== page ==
Williams trialled a new front wing design at the start of the second week of Formula 1 pre-season testing, with further new aerodynamic additions seen elsewhere in the pitlane.
After using its launch-spec front wing during the opening three days, which was similar to its end-of-season design from 2019, Williams has made changes to the inboard portion of the wing for the second week.
This new front wing features small splits in the wingtips, forming short-span slot gaps to break up the wing into more elements.
Within the regulations, teams are only allowed to run a maximum of five distinct elements when viewed from a cross-section parallel to the car centreline.
Adding those slot gaps will break one enclosed area into two, and so the wing elements further up are shortened to accommodate that regulation.
Creating the splits means that the tip vortex - the rotation of airflow created as it tries to move from the high-pressure zone on top to the low-pressure zone below - produced by the wing can be managed slightly differently.
This vortex is used to send energised airflow behind the tyres to push the turbulence away.
Red Bull and Mercedes experimented with split wing-tips last year, and Racing Point has also added similar for 2020.
Alfa Romeo has also been spotted with new twin winglets on the chassis bulkhead, which replace the eyebrow design used last year.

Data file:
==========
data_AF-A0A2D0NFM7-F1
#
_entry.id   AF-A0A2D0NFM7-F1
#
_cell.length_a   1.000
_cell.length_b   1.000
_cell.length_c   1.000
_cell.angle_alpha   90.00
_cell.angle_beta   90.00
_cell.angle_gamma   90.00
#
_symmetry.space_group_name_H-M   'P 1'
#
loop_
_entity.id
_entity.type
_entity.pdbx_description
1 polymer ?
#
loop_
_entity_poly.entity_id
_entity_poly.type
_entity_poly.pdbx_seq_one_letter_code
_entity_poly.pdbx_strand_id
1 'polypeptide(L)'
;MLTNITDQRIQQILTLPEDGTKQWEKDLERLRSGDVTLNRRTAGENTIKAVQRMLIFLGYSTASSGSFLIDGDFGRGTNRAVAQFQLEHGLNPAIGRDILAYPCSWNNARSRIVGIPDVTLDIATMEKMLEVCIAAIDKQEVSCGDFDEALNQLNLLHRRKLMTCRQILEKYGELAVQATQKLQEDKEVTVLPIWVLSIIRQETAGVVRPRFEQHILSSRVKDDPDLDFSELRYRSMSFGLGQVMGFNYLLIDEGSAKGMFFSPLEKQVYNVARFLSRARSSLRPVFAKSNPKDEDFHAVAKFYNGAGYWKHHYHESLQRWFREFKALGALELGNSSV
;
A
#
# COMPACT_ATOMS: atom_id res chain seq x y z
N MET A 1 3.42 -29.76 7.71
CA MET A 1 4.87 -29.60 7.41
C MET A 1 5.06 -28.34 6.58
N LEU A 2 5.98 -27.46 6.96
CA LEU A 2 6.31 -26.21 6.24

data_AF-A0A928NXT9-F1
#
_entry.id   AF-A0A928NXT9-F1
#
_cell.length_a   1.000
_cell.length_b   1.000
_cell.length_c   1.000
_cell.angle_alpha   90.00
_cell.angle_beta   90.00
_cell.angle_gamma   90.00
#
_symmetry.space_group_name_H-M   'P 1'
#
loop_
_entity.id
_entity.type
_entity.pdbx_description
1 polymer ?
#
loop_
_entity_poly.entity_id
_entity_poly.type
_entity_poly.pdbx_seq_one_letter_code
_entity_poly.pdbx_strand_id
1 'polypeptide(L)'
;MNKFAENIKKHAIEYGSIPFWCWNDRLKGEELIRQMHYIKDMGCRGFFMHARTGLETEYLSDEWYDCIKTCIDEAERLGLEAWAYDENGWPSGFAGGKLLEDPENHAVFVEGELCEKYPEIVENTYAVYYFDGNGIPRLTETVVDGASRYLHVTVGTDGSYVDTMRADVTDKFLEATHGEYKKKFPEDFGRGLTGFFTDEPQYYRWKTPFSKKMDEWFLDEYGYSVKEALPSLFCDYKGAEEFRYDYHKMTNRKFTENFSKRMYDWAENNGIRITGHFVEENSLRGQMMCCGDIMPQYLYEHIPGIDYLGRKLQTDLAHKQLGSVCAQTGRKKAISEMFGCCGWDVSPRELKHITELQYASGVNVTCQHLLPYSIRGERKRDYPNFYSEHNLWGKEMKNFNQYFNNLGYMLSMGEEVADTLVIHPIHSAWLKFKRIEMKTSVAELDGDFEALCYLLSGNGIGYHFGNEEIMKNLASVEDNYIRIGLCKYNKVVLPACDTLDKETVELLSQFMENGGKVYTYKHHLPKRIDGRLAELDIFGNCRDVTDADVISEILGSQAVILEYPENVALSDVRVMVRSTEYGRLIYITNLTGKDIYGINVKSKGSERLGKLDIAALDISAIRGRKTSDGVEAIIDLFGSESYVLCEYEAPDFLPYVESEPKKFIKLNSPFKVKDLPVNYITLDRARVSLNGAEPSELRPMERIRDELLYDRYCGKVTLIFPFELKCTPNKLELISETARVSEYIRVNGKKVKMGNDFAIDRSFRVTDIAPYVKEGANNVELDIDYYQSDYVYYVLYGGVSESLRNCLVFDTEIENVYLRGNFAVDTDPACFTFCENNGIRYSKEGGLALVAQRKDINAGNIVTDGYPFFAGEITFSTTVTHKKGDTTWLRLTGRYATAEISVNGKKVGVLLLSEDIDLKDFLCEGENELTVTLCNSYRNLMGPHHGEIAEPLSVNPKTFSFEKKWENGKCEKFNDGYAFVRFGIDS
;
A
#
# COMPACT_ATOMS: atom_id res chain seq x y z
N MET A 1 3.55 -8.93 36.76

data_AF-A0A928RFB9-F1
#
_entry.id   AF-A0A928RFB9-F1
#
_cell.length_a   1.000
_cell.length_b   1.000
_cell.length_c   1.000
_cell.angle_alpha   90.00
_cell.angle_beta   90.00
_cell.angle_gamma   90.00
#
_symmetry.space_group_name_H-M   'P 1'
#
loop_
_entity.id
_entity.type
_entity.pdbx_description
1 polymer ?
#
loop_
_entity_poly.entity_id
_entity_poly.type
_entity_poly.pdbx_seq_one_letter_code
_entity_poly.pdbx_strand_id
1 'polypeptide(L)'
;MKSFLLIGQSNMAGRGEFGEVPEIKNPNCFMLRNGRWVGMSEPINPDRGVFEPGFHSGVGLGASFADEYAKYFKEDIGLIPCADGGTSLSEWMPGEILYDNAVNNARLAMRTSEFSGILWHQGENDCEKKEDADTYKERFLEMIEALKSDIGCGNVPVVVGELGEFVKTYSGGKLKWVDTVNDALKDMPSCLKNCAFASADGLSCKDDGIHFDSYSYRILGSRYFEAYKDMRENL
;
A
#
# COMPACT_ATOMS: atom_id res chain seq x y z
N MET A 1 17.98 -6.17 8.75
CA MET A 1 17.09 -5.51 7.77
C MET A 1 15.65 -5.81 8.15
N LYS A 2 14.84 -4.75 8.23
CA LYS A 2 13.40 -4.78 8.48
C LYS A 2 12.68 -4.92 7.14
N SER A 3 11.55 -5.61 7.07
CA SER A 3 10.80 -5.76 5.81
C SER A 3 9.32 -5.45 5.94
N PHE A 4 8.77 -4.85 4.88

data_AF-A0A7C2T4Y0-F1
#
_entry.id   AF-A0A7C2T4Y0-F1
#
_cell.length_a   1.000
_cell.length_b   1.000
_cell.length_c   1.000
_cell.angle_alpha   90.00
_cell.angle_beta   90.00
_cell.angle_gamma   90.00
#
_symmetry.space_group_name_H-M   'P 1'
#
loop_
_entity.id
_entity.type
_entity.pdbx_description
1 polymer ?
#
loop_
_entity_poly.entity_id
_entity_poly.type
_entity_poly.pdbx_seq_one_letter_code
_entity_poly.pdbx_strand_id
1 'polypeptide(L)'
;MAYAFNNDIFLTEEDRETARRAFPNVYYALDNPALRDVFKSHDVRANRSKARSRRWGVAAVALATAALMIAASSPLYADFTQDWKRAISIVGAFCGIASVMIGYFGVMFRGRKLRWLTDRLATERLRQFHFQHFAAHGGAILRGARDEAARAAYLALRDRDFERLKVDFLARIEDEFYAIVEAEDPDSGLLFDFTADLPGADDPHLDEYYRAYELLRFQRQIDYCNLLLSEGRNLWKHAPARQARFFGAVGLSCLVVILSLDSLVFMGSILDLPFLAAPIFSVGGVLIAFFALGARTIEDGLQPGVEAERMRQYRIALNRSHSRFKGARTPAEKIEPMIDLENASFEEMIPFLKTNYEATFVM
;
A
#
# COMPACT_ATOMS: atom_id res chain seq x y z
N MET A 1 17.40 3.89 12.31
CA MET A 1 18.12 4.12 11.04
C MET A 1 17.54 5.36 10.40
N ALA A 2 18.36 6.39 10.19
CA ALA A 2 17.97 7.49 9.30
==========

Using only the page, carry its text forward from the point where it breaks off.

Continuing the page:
While functionally similar, directing airflow outward on top of the car while simultaneously improving the effect of the S-duct, the new Alfa design is more similar to the Mercedes and Renault arrangements - albeit with a second element nestling in behind.
Presumably, the decision to run without the design in week one was to provide a baseline test to compare it with the effect of the new style.
Meanwhile, Ferrari ran a spoon-shaped rear wing in the morning's proceedings to assess different aerodynamic options for the season.
As the centre of the rear wing is responsible for the majority of the downforce, the spoon-shaped wing retains the central section's properties while trimming drag from the outboard ends.
This is a useful arrangements for circuits such as Baku and Montreal, where a good balance of downforce and higher top speeds are required to cope with the demands of each venue.
Although a great deal of the second week of testing will be used to prepare for the season-opening Australian Grand Prix, there is also the opportunity to prepare for further races on the 2020 calendar.